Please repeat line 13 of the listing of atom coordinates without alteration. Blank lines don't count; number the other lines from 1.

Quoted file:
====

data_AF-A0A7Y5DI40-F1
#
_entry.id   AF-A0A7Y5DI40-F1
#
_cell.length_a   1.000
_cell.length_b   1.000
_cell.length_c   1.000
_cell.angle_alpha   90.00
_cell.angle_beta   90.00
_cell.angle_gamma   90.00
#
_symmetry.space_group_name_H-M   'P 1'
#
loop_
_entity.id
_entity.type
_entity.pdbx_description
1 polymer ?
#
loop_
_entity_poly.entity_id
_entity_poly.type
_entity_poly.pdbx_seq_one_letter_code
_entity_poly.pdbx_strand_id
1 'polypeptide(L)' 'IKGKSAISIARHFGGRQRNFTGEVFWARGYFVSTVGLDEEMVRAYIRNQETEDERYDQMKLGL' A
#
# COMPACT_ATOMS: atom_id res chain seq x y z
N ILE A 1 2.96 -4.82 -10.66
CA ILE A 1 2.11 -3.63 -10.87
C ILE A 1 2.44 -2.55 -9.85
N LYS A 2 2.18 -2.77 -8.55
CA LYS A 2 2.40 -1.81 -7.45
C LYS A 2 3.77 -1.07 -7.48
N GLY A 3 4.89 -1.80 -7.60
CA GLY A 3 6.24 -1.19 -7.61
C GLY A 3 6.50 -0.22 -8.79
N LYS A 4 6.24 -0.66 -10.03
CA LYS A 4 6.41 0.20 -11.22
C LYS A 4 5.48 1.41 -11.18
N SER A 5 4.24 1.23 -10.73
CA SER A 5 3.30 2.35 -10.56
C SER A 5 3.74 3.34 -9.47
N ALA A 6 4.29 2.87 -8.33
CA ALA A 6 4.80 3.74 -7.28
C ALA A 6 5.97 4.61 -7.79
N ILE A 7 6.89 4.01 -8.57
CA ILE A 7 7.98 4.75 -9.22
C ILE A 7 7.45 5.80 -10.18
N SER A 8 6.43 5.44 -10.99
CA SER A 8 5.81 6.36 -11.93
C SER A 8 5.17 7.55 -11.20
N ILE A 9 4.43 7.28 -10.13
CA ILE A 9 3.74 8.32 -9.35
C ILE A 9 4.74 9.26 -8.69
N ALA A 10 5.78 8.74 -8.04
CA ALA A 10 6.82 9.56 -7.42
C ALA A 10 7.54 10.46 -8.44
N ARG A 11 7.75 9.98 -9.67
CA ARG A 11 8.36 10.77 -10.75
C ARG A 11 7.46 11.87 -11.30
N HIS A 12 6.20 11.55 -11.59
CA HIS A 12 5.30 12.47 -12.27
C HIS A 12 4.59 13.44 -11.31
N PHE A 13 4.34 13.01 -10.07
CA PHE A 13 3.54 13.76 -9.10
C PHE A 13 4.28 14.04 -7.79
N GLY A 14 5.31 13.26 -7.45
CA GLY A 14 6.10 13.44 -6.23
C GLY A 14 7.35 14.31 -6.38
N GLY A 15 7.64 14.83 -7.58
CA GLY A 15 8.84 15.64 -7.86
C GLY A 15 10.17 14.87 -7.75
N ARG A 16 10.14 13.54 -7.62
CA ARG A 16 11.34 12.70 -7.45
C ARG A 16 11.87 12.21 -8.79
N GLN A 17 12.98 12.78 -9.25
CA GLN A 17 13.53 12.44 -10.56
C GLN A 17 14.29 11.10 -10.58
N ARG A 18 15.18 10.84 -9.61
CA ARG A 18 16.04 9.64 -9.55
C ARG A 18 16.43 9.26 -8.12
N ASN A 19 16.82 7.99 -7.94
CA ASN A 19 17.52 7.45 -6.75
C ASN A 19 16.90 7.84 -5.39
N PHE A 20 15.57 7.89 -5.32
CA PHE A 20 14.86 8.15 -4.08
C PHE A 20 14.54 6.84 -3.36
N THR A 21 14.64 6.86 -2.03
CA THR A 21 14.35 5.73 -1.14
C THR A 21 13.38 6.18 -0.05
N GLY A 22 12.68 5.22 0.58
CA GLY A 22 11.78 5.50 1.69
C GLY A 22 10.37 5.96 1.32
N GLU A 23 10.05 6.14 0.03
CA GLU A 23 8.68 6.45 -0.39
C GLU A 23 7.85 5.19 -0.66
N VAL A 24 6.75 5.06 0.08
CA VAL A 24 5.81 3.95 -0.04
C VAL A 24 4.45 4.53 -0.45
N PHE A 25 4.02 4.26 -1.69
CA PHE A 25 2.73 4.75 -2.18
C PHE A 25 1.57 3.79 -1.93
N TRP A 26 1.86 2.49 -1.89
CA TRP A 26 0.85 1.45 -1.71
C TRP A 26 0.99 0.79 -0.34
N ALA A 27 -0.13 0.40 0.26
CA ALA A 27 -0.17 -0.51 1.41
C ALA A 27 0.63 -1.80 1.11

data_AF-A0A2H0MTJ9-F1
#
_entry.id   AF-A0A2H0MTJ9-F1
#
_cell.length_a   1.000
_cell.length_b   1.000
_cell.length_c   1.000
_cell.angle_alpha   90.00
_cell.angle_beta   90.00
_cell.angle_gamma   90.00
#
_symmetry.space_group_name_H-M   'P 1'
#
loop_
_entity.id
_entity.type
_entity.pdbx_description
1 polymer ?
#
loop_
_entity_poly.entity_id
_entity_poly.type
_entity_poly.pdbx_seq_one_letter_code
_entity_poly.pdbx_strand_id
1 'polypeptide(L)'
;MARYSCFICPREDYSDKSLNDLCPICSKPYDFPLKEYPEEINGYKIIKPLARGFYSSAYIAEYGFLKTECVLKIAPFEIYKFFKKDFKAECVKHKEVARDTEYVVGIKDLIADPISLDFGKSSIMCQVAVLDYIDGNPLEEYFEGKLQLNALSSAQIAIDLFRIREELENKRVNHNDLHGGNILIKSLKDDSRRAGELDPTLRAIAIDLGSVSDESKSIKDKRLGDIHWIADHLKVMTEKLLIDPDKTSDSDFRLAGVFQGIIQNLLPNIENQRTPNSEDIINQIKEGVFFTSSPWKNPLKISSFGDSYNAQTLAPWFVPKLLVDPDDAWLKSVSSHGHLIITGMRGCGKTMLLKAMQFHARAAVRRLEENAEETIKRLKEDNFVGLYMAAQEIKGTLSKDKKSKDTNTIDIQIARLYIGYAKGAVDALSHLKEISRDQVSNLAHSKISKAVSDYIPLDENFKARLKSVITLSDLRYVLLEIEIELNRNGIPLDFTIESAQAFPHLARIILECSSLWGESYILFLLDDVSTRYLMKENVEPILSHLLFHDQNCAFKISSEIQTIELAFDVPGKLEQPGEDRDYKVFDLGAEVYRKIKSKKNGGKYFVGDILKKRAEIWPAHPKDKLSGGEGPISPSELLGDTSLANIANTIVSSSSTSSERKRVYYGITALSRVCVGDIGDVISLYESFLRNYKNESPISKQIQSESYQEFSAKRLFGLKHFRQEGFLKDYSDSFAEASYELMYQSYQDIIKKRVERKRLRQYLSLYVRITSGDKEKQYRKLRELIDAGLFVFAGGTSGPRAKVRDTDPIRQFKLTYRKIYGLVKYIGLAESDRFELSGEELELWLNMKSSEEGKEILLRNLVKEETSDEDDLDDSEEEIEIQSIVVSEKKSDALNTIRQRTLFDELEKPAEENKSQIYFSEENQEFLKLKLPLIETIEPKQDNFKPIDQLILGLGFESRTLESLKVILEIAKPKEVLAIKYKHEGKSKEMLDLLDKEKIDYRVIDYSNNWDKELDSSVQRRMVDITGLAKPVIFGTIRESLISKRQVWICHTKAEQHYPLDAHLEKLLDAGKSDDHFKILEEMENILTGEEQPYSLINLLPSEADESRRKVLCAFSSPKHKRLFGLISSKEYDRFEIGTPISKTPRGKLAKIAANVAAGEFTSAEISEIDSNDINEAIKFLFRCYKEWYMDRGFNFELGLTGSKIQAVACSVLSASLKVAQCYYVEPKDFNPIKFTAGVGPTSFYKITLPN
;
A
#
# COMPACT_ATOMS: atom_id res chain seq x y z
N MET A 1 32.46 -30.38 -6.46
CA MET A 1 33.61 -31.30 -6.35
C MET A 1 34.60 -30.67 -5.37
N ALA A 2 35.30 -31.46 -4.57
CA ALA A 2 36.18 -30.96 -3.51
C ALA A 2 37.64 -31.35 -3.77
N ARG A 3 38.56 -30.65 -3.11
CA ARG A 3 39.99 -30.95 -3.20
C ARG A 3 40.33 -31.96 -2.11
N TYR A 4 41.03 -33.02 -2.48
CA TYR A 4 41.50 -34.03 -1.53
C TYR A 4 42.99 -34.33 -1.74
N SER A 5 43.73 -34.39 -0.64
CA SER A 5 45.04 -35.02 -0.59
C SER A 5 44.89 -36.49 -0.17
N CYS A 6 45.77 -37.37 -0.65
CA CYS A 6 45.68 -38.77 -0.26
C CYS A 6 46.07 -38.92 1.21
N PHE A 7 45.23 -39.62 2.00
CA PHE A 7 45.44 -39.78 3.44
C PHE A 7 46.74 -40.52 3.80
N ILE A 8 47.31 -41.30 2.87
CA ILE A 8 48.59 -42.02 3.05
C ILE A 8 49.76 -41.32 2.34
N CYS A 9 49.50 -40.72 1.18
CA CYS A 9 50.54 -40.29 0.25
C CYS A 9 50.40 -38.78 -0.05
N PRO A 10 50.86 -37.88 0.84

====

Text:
#